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A minor advantage: From LAS minor to AmeriCorps VISTA

| Denise Olson

Recent data shows that degrees in broad-field studies like Latin American Studies are outpacing some of the more historically advantageous degrees, like business, when it comes to job placement for graduating seniors. Employers are increasingly looking for global perspectives, cultural competencies, and adaptable critical thinkers — all assets gained in a program like LAS. A student's minor emphasis can also play a significant role in landing that perfect career starter, and a minor in Latin American Studies is proving to be a huge value. 

One shining example of a powerful LAS minor at work can be seen in recent Blugold grad, Morgan Gerke, a 2015 sociology major, who chose a Latin American Studies minor. Morgan took some time to reflect on her choice of LAS as her minor, and to update us on the important work she is doing to provide academic support to Hispanic and Latino students in Louisville.

Morgan Gerke, '15, sociology with a minor in Latin American Studies

I graduated from the University of Wisconsin – Eau Claire in Spring 2015 with a B.A. in Sociology, minoring in Latin American Studies and Spanish. I declared my degrees in Sociology and Spanish my very first semester of college. Early on, I explored topics within the realm of social justice and researched what was most interesting to me: rural poverty, food culture, and diversity education, to name a few. Adding the Latin American Studies minor was an easy decision because it allowed me to satisfy my general education requirements in courses that interested me. The Latin American Studies program bridged the gap between Sociology and Spanish and deepened my understanding of the Latino experience in the United States.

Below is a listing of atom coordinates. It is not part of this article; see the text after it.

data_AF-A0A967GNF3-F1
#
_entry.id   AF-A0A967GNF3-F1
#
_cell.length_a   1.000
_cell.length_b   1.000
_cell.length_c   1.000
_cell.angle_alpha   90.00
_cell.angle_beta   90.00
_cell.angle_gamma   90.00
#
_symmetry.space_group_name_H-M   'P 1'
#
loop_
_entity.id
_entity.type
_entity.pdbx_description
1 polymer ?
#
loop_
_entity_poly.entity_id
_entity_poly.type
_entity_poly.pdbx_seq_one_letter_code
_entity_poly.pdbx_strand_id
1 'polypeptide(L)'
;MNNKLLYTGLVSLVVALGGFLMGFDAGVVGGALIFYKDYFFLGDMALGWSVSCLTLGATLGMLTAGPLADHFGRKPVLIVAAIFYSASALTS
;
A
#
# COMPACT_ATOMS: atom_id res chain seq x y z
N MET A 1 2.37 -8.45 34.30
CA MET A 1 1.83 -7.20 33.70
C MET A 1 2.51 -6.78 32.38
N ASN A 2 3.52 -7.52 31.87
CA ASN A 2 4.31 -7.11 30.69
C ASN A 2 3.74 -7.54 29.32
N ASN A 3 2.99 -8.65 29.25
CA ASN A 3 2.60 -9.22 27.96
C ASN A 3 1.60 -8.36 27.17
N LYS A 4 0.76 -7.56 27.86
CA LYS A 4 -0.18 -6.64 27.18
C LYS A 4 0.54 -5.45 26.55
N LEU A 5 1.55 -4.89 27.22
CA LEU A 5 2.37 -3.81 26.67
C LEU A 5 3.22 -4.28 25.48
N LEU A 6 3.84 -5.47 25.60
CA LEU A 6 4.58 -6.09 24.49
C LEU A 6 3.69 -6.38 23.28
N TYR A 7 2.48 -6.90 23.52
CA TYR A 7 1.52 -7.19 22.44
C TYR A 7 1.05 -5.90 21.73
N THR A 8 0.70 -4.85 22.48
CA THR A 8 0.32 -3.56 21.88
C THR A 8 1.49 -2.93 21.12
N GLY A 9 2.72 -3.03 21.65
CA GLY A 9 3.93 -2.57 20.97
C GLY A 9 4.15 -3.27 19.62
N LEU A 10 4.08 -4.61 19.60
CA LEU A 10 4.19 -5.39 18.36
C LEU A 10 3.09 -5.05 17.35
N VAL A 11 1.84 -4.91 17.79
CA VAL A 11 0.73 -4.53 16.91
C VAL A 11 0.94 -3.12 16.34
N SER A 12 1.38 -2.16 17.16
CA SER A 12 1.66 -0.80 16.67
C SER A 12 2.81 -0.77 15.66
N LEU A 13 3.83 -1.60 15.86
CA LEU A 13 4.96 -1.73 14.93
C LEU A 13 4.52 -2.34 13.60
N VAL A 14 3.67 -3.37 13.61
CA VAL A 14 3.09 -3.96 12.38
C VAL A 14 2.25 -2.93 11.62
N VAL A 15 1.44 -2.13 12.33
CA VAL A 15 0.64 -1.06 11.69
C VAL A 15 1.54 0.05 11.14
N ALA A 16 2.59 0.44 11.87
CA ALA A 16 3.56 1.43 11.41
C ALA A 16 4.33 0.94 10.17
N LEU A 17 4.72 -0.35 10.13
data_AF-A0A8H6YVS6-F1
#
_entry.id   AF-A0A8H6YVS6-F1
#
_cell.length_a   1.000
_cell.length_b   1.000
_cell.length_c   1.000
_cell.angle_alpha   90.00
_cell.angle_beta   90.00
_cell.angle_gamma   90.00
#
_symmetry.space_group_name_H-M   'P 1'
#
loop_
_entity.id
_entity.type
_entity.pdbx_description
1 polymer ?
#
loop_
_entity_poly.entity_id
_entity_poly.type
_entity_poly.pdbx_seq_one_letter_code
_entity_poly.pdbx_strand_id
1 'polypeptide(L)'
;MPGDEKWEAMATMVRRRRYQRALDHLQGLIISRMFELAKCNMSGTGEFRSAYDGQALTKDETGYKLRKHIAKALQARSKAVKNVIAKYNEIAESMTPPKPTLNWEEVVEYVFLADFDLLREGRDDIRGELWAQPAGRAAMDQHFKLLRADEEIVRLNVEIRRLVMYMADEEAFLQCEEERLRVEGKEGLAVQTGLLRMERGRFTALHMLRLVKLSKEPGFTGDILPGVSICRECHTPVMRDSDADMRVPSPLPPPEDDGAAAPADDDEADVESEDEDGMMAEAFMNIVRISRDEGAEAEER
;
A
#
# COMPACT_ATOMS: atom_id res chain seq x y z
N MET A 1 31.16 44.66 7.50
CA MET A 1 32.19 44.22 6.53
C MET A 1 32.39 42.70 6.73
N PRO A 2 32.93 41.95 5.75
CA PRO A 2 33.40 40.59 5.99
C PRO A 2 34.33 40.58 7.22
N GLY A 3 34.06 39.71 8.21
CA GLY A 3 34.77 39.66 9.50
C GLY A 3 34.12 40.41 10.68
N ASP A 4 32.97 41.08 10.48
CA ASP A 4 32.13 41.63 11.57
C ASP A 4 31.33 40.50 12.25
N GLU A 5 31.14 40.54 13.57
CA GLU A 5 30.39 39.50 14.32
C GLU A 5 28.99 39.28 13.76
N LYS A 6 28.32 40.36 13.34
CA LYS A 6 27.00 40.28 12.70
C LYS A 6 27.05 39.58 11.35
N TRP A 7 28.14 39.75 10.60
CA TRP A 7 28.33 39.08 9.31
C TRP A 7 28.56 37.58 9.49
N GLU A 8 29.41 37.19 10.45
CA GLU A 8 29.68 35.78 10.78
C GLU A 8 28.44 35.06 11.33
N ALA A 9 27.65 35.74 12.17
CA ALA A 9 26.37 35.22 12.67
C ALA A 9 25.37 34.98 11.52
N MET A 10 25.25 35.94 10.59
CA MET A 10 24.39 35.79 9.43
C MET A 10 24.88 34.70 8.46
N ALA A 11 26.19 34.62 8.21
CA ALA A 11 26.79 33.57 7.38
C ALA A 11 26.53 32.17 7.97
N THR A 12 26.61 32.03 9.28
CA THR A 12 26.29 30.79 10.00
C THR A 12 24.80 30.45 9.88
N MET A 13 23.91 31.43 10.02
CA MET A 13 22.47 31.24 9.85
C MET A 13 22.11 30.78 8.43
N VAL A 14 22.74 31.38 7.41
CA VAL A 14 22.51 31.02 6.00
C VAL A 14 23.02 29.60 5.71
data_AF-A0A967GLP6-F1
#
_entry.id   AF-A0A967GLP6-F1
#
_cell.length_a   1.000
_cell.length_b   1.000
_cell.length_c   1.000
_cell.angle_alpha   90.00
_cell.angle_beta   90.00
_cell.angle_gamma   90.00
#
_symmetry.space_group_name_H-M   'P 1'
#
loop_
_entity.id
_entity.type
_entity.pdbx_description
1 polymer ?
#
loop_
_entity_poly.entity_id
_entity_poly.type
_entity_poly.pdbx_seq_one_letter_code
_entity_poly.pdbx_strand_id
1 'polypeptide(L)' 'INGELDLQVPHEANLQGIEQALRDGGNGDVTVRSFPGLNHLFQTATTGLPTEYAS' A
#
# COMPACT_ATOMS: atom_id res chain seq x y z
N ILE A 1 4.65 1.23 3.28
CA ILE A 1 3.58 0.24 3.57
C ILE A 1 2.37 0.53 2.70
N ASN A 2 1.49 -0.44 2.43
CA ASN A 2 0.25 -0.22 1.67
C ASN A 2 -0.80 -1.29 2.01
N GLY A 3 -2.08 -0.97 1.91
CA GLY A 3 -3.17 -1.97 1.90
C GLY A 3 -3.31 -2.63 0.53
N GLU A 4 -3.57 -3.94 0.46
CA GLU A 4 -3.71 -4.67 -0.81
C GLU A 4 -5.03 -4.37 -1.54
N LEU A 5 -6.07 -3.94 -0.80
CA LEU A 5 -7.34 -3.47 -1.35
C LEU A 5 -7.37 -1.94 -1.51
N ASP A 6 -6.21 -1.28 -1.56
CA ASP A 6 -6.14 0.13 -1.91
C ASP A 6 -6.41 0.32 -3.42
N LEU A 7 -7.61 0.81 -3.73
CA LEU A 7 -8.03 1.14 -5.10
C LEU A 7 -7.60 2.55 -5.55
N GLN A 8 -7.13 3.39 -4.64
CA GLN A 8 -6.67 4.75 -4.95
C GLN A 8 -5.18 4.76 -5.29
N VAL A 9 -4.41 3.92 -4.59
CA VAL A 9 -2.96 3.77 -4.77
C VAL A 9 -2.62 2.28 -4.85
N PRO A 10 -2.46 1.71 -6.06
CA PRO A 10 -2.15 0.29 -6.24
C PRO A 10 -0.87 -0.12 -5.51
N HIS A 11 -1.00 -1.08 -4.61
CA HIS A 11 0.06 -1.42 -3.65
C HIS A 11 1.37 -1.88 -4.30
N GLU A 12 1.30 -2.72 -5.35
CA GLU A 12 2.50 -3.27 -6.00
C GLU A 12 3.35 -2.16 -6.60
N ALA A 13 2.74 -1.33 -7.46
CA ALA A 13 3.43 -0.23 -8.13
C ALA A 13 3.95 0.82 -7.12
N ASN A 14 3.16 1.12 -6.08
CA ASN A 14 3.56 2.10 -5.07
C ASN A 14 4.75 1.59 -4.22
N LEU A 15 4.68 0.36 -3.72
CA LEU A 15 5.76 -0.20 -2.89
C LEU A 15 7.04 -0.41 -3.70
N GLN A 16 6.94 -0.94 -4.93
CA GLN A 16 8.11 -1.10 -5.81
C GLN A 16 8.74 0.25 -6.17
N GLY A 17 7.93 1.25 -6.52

Soon after graduation, I began working as an AmeriCorps VISTA with Adelante Hispanic Achievers in Louisville, Kentucky. Our organization provides weekly academic and enrichment programs to 135 Hispanic and Latino youth. As the College Readiness Coach, I design programs and collaborations that prepare Adelante students for higher education. Latino and immigrant students face many challenges in their transition to college based on language barriers, family situation, and legal status, so Adelante is there to help. We work hard to prepare students for the ACT, assist them with college applications and essays, and search for scholarships to finance their education. I came into this position with a grasp of the Spanish language, an extensive background on Latin American history and politics, and a passion to work with the Latino community. Though I have gained a great deal of perspective with Adelante, I credit the Latin American Studies program with building the framework I needed to start on this path.

As a Blugold, I was fortunate to spend my final semester of college gaining volunteer experience outside of the United States. With much assistance from the Director of the Latin American Studies program, Dr. Manuel Fernandez, I secured a 3 month internship in Trujillo, Peru with an organization called La Comunidad Que Construimos (“the community we build”). The mission of this nonprofit is to build self esteem and a positive self identity within Peruvian children through daily after school programs. This was my first time ever going abroad, so the culture shock was overwhelming when I first arrived. My host family took me in as one of their own and volunteers from the organization helped me acclimate to the culture. When I was not working at La Comunidad, I hiked in national parks, celebrated Carnaval with the locals, and experienced the beauty of Machu Picchu. Without a doubt, this internship and cultural immersion was the most powerful component of my college career.

What I'd like incoming or undecided students to know about LAS at UWEC is that my experience with the program was overwhelmingly positive. My favorite class was Latin American Civilization, which is arguably the most challenging class in the program as well. Covering the progression of civilization from ancient times up to the present day, this course opened my eyes to the interconnectedness of every culture within the Western Hemisphere. I appreciated the intentional design of each course and how broadly we as students could investigate Latin America. It gave me the freedom to choose from courses in a variety of departments, granting me a truly holistic understanding in this field.